Resources > Blog > June 28, 2023

Bi-Monthly Resource Roundup – June 2023 

Mid-Year Reflections

Summer is upon us! At this mid-year point, we’d like to provide a resource roundup focused on reflection to provide the support that might help guide your Parkinson’s community action for the rest of the year – whether you are a CAC leader, Ambassador, and/or local community leader. Midyear is a great time to reflect on how far you’ve come and what you’ve accomplished and highlight opportunities to leverage the wins you’ve had. Reflection is a fundamental tool that helps to maximize the learning cycle, which we know from the research. Through reflection, we can highlight key learning points and apply these findings to future situations. Therefore, this roundup provides a synopsis of the Healthy Parkinson’s Communities’ (HPC) Network program cycle and how this model can facilitate reflection throughout each step. In addition, we offer an assortment of toolkits, online articles, and more on this theme. 

The HPC Cycle 

The Healthy Parkinson’s Communities’ (HPC) Community Action Committee (CAC) Network model was adapted for the Parkinson’s community from collective action or community organizing evidence-based research, as well as existing community-led efforts (i.e., organizations, nonprofits, etc.). The cycle below is based on community action and guides the Healthy Parkinson’s Communities (HPC) Toolkit for our CACs. 

Community-led efforts are cyclical, where a community undergoes several iterations that gradually transform to help improve the outcomes of interest we set out to impact. And this may align with the year or on a different financial calendar, though the information is still applicable. Therefore, wherever you are in the process, it is helpful to stop and reflect on the progress made and assess needs that have changed. Regardless of where you are in the cycle, these themes overlap, and the cycle takes on more structure and improvements. In each of the cycle’s steps, there are questions that we can pause to reflect on to identify places where our work could otherwise be flourishing.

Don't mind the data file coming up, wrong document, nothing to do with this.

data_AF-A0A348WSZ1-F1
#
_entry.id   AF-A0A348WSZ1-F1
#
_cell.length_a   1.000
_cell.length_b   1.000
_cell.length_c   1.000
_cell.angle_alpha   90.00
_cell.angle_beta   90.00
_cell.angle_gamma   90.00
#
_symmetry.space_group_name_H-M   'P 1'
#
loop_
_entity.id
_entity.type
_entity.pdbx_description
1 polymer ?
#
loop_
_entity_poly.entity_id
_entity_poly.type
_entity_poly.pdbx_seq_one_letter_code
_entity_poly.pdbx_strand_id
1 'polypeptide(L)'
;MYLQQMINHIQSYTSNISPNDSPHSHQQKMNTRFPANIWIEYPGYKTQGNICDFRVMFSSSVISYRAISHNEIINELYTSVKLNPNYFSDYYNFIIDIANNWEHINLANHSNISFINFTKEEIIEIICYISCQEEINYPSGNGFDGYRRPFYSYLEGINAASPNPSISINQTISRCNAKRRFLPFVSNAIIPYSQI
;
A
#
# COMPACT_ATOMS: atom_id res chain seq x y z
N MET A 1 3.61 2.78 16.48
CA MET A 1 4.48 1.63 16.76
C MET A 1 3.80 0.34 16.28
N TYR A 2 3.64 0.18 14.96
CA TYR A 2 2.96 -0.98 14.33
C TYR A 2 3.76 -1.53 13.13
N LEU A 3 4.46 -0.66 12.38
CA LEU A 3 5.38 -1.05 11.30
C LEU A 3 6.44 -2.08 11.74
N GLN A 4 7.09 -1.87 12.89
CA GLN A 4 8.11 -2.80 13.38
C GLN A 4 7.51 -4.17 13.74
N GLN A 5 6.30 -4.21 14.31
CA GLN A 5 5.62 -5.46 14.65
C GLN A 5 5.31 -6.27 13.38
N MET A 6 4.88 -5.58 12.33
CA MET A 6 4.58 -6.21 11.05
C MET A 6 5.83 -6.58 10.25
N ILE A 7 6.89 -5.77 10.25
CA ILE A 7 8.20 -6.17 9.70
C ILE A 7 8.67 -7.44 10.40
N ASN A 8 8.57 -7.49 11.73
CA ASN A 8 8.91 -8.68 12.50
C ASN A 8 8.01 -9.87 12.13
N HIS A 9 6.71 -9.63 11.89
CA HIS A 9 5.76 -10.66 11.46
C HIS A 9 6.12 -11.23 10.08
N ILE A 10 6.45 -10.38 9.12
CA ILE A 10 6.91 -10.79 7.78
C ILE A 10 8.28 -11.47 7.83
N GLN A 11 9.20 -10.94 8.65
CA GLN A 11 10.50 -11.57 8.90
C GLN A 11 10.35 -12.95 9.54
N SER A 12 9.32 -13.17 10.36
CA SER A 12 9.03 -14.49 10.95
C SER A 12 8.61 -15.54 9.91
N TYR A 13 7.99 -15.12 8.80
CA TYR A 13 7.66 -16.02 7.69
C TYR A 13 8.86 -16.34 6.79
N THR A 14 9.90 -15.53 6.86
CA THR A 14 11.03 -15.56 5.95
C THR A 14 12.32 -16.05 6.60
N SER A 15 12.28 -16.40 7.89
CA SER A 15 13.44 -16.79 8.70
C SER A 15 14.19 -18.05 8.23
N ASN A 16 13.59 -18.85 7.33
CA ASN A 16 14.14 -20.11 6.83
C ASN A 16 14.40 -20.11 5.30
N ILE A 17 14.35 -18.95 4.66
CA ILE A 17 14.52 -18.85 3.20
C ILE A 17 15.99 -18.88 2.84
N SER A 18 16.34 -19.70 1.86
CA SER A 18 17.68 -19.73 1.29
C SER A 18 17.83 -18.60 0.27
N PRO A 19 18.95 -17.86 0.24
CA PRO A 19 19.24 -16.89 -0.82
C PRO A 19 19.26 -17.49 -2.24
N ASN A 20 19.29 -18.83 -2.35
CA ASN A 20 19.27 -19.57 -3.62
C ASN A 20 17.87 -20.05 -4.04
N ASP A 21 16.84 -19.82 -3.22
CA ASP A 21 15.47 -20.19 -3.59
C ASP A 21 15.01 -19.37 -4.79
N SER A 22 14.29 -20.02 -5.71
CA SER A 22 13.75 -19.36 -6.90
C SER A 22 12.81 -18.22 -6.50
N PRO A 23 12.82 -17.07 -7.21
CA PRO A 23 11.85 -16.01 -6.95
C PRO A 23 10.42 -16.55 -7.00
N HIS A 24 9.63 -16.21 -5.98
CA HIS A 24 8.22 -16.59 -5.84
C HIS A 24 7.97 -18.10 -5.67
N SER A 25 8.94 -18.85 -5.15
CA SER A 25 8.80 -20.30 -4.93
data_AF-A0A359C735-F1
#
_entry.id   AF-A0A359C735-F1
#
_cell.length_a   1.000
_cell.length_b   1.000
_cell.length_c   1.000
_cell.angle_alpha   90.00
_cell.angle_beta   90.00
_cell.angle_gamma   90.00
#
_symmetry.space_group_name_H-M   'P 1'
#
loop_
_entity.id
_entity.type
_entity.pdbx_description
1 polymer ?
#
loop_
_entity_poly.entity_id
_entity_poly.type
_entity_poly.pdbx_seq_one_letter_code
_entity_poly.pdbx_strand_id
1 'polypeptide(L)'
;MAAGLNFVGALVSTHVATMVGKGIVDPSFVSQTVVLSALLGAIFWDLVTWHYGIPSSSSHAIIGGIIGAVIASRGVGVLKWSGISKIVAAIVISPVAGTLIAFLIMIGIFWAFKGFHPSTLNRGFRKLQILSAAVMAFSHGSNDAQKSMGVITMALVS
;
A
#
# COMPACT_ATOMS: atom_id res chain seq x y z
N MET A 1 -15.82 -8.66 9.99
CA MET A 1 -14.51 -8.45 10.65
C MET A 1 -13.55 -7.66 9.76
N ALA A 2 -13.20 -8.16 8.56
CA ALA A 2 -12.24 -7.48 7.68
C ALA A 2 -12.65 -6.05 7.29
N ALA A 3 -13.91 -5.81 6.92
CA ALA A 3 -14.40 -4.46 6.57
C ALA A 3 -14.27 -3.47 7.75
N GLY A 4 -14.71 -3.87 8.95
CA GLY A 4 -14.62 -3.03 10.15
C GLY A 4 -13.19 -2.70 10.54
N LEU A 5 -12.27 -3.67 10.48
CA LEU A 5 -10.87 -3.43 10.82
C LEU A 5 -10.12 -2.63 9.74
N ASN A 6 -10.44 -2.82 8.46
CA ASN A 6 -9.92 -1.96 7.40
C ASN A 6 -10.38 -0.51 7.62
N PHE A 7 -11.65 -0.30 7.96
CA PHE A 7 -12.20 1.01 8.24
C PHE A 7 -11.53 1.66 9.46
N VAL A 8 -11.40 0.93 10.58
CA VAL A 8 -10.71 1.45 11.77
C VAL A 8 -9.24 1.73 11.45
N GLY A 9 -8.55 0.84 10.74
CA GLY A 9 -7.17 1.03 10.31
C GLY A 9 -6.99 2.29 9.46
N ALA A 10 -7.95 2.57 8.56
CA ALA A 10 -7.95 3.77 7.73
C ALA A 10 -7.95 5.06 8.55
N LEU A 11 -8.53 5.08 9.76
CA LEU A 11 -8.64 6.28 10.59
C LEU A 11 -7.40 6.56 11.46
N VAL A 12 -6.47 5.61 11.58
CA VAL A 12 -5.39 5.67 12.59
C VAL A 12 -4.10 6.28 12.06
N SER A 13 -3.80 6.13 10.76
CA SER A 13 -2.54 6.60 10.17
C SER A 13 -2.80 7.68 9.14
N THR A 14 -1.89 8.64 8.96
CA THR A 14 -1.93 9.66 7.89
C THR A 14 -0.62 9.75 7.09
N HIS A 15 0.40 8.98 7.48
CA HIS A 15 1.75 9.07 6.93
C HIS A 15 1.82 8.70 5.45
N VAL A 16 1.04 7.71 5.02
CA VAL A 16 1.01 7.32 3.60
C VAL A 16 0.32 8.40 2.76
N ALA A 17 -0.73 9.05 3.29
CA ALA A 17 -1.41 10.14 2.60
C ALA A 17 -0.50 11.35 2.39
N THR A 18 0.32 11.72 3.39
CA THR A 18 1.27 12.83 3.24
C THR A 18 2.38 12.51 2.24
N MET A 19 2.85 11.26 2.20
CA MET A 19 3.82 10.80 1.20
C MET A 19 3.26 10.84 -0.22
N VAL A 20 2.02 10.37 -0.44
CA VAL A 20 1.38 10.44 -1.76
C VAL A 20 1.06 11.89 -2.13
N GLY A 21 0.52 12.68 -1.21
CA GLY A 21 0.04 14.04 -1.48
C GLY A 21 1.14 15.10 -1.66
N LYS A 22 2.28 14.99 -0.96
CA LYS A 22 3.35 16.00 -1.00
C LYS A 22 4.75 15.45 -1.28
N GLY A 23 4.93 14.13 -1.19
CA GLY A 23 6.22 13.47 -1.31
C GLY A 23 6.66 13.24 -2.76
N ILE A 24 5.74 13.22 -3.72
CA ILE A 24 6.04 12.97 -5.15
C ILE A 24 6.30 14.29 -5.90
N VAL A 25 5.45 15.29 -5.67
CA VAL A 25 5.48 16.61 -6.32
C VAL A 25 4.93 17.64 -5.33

How to Identify Problem Areas

  1. Getting started with coalition efforts
    • What is the local effort “WHY?”- mission 
    • Who is leading this work (for the local community effort)? 
      • What does this structure look like? 
      • Who is the point person/people? 
    • How does the local community communicate about efforts?
      • Where to physically/digitally store information
      • Meeting logistics
  2. Research existing resources and connections
    • What resources or connections exist within the community? 
      • How can we leverage efforts and resources to not duplicate work?
      • How do we maintain these relationships?
      • What does communication look like?
    • What resources/partners/skills are missing in the community?
    • How can we support these resources or share our resources?
  3. Conduct community assessments
    • What information would help us reach our goals?
    • What data resources are available to us?
    • How/can we work with student volunteers to do projects?
  4. Set goals
    • How are our goals measured? The outcome?